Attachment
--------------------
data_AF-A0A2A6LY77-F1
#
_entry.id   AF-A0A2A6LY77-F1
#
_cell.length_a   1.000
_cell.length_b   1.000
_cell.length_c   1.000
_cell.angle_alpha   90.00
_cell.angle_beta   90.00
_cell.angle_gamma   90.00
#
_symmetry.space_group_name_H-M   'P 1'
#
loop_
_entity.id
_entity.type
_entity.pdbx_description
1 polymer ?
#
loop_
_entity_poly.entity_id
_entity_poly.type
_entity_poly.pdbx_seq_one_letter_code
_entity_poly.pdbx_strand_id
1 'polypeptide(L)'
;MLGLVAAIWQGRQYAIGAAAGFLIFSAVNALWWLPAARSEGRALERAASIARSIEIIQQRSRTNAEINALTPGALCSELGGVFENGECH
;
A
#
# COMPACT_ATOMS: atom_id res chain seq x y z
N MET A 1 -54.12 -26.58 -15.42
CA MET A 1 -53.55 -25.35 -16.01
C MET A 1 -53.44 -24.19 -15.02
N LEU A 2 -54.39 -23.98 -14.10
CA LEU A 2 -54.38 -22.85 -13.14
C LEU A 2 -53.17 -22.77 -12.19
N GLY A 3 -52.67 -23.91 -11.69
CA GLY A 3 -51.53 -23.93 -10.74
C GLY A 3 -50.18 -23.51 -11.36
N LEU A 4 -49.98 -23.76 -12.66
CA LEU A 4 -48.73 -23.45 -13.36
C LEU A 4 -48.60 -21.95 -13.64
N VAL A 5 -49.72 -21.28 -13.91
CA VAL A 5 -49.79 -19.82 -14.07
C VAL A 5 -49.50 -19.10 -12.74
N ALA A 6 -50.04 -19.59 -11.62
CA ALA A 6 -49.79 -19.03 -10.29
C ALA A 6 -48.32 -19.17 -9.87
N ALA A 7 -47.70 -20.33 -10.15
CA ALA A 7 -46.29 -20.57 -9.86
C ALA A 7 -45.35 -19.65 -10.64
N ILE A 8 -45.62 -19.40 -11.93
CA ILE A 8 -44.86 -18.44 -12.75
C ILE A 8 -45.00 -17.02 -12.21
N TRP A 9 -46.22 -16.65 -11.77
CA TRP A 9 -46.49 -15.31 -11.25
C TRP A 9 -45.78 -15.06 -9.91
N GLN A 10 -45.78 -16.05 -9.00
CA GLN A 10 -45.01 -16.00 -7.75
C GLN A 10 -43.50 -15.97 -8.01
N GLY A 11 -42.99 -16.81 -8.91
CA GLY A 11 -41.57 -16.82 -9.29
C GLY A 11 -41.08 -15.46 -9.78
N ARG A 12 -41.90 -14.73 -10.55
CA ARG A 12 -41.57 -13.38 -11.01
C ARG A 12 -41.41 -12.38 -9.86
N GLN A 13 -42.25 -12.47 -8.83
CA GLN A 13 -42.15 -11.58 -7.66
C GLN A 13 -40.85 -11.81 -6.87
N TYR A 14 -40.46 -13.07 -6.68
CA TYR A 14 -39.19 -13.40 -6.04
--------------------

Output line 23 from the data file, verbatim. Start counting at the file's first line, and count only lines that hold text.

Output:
_entity_poly.pdbx_seq_one_letter_code